Not at the expanded Coop
It was widely presumed that the Coop, when it expands into the old Lloyds Bank building next door, would take on the PO. But this appears to be mistaken – there is no mention of such a move in its application for planning permission, according to Mole.
Local businesses will certainly suffer if St Leonards Crown closes. For Kay, like Helen a local businesswoman, closure would mean slogging over to Hastings two or three times a week to post off parcels to her customers. Not only would she lose a lot of shop time while doing so, she would probably end up having a coffee and doing shopping in the town centre rather than in St Leonards as she currently does.
Now that the banks have abandoned central St Leonards – and building society Nationwide by no means fills the gap – the PO provides vital banking services, such as dispatching cheques to all the banks. It’s also an essential means of withdrawing money for people without bank accounts – and they are numerous. The lack of alternatives in central St Leonards strengthens our hand.
The Crown also changes money, an important service in a town which hosts hundreds of foreign students. These are precisely the kind of services which will simply disappear if it closes.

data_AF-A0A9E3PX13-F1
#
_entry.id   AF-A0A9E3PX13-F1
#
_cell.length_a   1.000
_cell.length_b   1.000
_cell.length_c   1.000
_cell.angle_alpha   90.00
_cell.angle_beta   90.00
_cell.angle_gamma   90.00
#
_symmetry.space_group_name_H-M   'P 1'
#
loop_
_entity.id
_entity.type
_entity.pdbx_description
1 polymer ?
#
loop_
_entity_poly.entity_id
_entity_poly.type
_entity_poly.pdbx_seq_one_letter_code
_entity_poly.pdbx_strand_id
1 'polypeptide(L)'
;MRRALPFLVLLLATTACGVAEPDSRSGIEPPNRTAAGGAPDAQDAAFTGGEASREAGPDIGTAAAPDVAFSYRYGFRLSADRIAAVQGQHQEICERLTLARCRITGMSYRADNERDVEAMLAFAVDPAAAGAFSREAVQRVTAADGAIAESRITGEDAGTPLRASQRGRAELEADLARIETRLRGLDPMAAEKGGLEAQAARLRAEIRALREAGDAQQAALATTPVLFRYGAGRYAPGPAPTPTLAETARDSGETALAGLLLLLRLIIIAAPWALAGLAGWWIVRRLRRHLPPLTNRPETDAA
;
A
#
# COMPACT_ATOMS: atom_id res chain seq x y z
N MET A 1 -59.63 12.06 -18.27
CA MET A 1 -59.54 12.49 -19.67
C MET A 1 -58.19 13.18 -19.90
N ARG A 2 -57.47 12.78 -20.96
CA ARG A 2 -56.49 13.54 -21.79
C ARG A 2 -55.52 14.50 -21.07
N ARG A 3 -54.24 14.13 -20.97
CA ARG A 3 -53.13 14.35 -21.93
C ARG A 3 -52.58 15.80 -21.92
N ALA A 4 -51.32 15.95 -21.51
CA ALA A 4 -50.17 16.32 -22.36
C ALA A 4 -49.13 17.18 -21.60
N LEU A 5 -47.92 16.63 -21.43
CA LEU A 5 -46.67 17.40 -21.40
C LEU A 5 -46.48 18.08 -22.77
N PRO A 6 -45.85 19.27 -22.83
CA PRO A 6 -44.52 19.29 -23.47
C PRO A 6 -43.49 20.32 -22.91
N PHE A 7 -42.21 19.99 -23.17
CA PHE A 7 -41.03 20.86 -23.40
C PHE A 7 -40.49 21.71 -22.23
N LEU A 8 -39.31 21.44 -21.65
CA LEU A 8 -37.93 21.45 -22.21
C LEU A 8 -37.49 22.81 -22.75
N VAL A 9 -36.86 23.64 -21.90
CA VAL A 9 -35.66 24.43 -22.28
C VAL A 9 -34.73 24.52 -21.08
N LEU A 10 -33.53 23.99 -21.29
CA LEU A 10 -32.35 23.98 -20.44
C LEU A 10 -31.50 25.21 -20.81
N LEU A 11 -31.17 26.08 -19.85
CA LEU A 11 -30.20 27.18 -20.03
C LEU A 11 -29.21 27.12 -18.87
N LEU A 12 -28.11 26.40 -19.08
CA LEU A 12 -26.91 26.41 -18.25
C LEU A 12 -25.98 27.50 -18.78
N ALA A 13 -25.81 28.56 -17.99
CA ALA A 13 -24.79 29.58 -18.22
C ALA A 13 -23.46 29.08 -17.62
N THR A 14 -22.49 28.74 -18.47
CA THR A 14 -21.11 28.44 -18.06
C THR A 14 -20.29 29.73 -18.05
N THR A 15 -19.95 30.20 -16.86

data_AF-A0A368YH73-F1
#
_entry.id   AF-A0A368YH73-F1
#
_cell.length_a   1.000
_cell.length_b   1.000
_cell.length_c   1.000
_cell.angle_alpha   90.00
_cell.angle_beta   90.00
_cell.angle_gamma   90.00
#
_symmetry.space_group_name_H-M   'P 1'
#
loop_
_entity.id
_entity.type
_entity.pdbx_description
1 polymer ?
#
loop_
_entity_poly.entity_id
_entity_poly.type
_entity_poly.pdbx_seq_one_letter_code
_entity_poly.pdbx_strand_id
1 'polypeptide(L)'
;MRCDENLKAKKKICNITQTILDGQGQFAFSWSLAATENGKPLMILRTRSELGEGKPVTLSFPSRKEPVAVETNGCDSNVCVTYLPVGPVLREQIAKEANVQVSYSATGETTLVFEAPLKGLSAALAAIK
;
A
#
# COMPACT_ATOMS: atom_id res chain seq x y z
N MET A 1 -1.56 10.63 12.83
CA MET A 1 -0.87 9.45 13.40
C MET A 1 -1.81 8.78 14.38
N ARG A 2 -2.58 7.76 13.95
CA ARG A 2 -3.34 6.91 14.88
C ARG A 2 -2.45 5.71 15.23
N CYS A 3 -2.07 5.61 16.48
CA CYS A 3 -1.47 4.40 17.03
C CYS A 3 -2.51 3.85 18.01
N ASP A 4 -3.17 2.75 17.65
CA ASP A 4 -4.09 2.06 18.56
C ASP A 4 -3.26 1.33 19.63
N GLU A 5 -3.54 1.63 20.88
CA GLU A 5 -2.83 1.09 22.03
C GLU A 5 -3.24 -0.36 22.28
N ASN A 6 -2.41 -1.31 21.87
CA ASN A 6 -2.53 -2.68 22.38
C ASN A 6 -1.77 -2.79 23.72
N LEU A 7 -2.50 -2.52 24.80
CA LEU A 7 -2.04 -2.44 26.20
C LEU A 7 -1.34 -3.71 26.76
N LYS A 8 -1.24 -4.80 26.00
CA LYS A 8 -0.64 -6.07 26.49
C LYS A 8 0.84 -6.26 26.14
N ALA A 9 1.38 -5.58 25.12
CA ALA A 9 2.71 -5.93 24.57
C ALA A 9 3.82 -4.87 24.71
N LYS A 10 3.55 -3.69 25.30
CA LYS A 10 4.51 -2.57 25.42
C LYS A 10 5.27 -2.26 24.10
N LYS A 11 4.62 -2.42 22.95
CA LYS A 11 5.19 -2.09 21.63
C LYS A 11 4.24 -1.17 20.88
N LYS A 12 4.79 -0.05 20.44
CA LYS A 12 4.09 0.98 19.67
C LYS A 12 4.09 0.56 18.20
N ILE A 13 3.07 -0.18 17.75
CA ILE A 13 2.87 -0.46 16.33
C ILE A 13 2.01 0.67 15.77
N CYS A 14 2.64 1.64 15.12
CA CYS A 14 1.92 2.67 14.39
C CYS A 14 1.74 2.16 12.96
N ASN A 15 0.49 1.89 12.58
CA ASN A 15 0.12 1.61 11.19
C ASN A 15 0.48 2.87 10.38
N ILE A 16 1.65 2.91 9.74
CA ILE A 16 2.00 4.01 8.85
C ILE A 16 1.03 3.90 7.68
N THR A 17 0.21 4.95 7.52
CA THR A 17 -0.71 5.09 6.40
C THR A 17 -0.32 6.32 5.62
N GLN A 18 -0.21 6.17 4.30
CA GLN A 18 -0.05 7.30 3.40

Building the campaign
So now is the time to build the campaign. In addition to signing up to help, you can also write a letter to MP Amber Rudd and the PO’s CEO – a template will be drafted next week.
The petition can also be signed in a number of local shops: the Kings Road butchers, St Leonards Grocers and Oak Bakery in London Road, and Shop and St Leonards Modern Goods, Helen’s and Kay’s businesses respectively, both in Norman Road.
The meeting was chaired by Clive Gross and attended by local councillors Trevor Ward and Kim Forward. Hopes were expressed that the council would be able to play a positive role in the campaign.
Keep in touch with the campaign at Save St Leonards Crown Post Office Facebook page.